Student Sean Harrington appears to have won his fight to bring the Pledge of Allegiance back into his Massachusetts high school -- except the principal's proposed solution leaves the daily honor to the nation's flag literally hanging in the hall.
Charles Skidmore, principal of Arlington High School in Arlington, Mass., has offered to allow students to recite the pledge before school begins -- but in the school's foyer and not in the classrooms, as 17-year-old Harrington had hoped.
Kathleen Bodie, Arlington superintendent of schools, told Fox News Radio that “The principal wanted to be very respectful about the pledge and be sensitive to the Supreme Court ruling that students are not forced to say the pledge. He wanted to be sensitive to the diverse group of students we have.”
Bodie said there has been reluctance to put the district's teachers in a position of reciting the pledge, and she acknowledged that some have raised concerns about its inclusion of the words “under God.”
“I don’t know if it’s all about ‘under God,’ but that is certainly an aspect of it,” she said.
She said the pledge is voluntarily recited in the district's elementary and middle schools, but it hasn't been recited at the high school in decades.
It is unclear whether Harrington, who led the fight to bring the pledge back to the school, will be satisfied with the compromise of having it recited in the foyer, and not in class. When he was a freshman, he noticed that there were no American flags in the classrooms, and he enlisted the aid of his fellow students to get them installed. He also began his fight to have students voluntarily recite the pledge.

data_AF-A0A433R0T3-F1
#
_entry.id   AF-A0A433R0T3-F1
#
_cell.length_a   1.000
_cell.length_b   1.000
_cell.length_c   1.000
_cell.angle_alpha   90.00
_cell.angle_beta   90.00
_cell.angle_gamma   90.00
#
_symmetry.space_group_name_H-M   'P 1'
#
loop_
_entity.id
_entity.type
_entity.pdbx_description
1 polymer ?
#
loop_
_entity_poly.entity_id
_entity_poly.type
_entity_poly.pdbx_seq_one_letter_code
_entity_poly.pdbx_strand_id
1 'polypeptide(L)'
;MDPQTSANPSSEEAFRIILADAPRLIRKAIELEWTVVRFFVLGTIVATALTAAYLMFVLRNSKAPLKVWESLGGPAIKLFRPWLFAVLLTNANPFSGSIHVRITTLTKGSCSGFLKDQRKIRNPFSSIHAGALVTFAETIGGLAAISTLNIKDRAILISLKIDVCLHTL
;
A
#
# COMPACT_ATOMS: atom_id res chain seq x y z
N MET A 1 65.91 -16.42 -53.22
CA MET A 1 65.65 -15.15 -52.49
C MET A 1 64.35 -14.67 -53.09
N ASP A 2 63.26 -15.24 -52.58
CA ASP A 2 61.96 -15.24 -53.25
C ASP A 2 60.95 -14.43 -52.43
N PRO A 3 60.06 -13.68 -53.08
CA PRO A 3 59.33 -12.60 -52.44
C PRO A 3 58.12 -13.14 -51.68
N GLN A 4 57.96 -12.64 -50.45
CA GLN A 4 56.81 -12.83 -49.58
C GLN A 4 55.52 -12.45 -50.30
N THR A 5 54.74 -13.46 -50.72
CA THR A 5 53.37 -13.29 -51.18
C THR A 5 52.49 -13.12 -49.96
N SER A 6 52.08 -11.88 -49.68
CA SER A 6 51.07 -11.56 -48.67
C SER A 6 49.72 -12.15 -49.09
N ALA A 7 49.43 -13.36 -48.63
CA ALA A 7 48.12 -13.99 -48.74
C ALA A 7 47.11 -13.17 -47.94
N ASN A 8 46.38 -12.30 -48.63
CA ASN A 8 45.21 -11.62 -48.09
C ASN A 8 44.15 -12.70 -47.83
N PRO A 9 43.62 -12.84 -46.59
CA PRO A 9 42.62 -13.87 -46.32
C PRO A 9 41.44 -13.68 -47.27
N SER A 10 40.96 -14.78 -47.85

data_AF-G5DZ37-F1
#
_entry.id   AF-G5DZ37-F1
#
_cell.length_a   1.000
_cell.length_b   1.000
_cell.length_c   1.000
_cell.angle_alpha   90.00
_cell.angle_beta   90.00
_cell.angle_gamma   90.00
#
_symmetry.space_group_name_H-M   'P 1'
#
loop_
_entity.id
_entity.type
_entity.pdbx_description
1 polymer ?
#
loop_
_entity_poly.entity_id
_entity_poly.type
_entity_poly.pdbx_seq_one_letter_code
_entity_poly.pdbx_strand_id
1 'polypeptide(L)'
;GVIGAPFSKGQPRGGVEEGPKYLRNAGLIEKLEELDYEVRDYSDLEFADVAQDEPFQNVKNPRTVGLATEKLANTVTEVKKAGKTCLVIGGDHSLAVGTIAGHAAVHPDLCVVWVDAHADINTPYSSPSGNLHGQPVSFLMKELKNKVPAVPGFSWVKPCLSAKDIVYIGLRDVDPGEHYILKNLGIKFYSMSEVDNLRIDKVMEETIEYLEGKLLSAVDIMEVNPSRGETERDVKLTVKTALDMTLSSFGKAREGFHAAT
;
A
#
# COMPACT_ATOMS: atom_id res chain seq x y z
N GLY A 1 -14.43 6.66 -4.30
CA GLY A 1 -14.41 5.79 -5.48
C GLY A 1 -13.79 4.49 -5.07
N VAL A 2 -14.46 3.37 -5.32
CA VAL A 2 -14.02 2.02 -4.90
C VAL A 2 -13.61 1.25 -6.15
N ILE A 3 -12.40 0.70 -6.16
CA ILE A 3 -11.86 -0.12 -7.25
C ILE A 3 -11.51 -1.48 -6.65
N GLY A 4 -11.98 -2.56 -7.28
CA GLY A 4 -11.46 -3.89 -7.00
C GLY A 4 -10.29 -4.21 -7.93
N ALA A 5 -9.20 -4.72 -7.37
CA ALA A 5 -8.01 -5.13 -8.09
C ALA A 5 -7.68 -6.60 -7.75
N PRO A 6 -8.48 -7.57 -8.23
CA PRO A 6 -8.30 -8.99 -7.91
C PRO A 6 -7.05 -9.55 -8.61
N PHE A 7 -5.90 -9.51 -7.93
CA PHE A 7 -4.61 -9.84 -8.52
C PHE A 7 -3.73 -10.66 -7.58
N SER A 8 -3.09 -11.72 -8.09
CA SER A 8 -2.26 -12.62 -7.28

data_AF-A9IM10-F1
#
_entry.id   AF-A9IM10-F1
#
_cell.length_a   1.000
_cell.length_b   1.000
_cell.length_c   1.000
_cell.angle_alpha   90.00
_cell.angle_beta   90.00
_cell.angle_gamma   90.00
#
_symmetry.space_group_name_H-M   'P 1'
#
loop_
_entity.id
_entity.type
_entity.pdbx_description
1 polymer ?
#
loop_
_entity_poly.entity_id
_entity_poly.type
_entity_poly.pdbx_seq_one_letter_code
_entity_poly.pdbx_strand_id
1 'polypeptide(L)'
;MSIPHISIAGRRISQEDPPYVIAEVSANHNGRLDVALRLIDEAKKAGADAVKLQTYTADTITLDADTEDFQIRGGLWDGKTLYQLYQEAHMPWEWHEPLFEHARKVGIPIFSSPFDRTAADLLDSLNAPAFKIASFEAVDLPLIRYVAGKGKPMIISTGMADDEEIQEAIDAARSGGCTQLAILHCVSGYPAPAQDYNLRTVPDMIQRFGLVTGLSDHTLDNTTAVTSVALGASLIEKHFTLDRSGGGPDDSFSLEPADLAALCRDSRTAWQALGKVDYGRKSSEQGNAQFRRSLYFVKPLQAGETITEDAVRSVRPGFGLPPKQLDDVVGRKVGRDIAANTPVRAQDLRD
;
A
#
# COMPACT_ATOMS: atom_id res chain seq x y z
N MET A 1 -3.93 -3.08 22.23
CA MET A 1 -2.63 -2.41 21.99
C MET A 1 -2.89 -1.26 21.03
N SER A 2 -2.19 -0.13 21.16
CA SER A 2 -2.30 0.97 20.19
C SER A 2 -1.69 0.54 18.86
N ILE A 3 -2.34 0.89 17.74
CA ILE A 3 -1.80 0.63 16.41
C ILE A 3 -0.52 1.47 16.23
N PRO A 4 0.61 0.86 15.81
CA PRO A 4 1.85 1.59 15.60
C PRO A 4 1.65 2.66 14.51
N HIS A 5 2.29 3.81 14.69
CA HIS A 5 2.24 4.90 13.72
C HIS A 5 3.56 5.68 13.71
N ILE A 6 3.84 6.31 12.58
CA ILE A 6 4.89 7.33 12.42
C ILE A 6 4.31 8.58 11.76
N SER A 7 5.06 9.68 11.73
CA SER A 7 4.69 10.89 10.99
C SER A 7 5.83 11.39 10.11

Harrington recently presented school officials with a petition signed by 700 people, along with letters of support from lawmakers including Sen. John Kerry, D-Mass., and Sen. Joe Lieberman, I-Conn. But the request to have the pledge recited failed when the committee's vote ended in a 3-3 tie.
"I was really heartbroken," Harrington told Fox News Radio. "It's hard to think that something so traditional in American society was turned down."
His fight has received quite a bit of support from the community. "When I was going to school, it was an honor and a privilege to pledge allegiance to the flag," Francis De Guglielmo, 55, told the Arlington Patch. He called the ban an "absolute travesty" and a "disgrace."
Harrington, who will be a senior in the fall, told Fox News Radio: "I'm not a person who quits and I don't back down. It's a very righteous cause and needs to be followed through until the end."
Some committee members voiced concerns about forcing people to do something that might violate their beliefs – including religious beliefs. Among the no-votes was committee member Leba Heigham.
"Patriotism is a very personal thing for all of us, but I do not think it is in the school committee's best interest to mandate that any of our employees recite the pledge," she told the Patch.
But Harrington stressed that he was seeking a voluntary recitation.
"If we can't find one teacher who is willing to say the pledge, then the system we have is cracked," he told FOX News Radio, noting that a number of teachers signed his petition.
He said the school's ban on the pledge sent the wrong message. "It tells me that we've basically cast aside what our country is founded on," he said. "It's saying that we don't really care, and it's sad."